That depends a great deal on how common the names are and how well known the other book is.
I've never read "Miss Peregrine", I think I vaguely heard of it somewhere, but it's not particularly famous or iconic. And as you say, Emma, Oliver, and Jacob are all fairly common names in English. So I don't this this would be much of an issue.
The more common the names are, the less of an issue it's likely to be. Say I told you I'm writing a story where the main characters are named Henry, Thomas, and John. Would you immediately think of Shakespeare's "Henry V Part 3"? It's a very famous play, but I don't think those names would bring that play to my mind.
But it's different if you use more unusual names. If you said the main characters in your story are named Macbeth, Duncan, and Banquo, I would likely think of Shakespeare's play "Macbeth" pretty quickly.
As someone else on here noted, the combination might bring another story to mind if the individual names don't. If your main characters are named Luke, Han, and Old Ben, yeah, I'm going to think of Star Wars. But any one of those and I don't I'd think a thing of it.
If you're thinking of law: You can't copyright a name, so that's not an issue. You can get a trademark on a name, but that's a whole different animal. Trademark law is much more complicated than copyright. To claim trademark violation, you have to show that someone created confusion between your company or product and his. Like I said in a comment (before I decided to write my own answer), if you started a computer company and called it "Apple", the existing Apple Computer could sue you and I would expect them to win in a heartbeat. But if Apple Computer tried to sue a grocery store for calling a fruit they sell "apples", they would lose. Even aside from the fact that the word "apple" for the fruit existed for centuries before the computer company, no one is going to set out to buy an Apple Computer based on their reputation and advertising and think that the fruit the grocery store is selling is an Apple Computer and buy that instead.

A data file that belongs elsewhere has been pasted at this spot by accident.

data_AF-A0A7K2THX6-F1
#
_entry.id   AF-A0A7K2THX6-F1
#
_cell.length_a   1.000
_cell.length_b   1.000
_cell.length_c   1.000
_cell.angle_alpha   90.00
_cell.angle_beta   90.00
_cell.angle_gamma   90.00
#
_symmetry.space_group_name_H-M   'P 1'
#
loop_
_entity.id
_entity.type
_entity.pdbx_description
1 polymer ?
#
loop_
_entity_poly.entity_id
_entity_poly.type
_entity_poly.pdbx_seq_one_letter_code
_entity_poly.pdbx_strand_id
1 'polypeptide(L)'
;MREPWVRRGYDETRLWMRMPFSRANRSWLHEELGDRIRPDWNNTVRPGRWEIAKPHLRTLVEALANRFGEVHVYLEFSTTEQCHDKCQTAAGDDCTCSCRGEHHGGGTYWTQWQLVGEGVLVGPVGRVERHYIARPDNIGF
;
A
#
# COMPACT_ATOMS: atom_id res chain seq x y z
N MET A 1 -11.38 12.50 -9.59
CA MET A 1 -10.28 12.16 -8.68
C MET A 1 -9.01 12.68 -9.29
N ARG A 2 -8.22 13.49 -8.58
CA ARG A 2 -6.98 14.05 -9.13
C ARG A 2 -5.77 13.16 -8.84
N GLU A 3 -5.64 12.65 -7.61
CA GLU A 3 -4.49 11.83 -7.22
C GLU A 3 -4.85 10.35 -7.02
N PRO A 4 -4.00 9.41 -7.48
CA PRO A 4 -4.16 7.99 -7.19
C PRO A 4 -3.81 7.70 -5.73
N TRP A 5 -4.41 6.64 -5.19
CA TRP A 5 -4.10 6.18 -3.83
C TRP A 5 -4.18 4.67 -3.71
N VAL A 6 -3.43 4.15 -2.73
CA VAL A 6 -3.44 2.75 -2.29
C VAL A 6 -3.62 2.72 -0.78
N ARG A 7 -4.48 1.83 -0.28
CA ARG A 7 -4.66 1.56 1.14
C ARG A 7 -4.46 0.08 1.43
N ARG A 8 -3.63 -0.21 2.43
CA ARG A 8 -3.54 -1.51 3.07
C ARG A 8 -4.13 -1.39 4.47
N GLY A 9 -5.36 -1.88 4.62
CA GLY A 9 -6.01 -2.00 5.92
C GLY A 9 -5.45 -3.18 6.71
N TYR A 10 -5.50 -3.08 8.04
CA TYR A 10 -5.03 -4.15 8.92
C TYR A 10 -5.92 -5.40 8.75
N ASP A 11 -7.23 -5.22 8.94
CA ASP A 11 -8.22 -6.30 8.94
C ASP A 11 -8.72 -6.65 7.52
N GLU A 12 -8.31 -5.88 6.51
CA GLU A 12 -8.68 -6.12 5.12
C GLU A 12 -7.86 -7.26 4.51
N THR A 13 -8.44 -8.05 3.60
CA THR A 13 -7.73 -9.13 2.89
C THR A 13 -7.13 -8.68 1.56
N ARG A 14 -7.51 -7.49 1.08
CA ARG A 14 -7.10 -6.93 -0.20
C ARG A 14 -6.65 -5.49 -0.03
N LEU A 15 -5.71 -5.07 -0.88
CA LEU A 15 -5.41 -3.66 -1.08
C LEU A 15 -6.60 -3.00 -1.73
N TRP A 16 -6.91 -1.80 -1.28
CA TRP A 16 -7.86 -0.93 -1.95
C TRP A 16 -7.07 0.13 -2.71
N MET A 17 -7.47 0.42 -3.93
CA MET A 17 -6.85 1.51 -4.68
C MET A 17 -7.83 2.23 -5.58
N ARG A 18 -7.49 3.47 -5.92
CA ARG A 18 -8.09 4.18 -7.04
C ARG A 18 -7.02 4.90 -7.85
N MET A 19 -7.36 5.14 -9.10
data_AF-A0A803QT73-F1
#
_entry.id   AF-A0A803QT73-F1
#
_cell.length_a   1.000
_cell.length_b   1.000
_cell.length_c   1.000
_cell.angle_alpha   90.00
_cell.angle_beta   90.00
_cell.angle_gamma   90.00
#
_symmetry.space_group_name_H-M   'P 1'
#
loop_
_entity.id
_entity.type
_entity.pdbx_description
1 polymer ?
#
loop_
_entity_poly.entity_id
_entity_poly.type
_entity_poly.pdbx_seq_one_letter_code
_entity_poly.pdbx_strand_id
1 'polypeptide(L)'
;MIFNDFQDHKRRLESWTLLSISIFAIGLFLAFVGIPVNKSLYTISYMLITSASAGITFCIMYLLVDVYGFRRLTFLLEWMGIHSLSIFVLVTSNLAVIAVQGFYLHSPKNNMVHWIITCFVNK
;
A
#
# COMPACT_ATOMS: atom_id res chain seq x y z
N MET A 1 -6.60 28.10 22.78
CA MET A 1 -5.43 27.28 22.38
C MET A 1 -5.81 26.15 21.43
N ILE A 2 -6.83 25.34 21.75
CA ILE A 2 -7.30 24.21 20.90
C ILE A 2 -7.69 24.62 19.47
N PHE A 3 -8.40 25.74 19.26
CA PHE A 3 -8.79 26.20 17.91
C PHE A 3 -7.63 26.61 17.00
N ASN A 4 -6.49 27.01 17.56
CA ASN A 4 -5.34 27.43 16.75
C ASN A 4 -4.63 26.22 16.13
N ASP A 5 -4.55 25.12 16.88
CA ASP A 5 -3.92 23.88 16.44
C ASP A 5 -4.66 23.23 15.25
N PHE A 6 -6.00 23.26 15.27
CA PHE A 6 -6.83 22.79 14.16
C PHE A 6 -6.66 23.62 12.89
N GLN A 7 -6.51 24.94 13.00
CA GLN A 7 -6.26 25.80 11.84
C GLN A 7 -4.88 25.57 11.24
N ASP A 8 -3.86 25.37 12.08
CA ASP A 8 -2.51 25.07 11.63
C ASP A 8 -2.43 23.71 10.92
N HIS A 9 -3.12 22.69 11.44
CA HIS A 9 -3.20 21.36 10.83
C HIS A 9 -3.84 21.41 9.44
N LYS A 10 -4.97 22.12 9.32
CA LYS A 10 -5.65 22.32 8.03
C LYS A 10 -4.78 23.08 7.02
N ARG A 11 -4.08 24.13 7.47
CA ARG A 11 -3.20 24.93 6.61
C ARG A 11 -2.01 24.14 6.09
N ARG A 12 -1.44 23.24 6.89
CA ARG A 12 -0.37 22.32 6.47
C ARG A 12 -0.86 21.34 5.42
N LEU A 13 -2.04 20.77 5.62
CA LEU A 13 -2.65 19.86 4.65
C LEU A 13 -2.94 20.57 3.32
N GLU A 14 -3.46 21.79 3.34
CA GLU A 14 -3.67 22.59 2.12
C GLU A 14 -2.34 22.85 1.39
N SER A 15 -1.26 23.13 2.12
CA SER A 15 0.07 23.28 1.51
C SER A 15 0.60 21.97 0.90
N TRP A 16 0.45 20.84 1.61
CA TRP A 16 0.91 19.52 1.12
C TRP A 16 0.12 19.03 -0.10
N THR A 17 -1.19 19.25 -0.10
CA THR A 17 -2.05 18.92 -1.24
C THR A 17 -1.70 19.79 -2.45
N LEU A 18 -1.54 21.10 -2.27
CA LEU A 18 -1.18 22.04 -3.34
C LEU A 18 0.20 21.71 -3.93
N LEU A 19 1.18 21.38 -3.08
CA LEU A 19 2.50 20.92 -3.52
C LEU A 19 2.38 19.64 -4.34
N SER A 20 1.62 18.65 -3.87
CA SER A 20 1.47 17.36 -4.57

So if you wrote a novel and called it "Star Trek" without permission from whoever owns that trademark, they could sue you. But if you wrote a story with a character named James, the fact that there's a character in Star Trek named James would not be grounds for a trademark suit.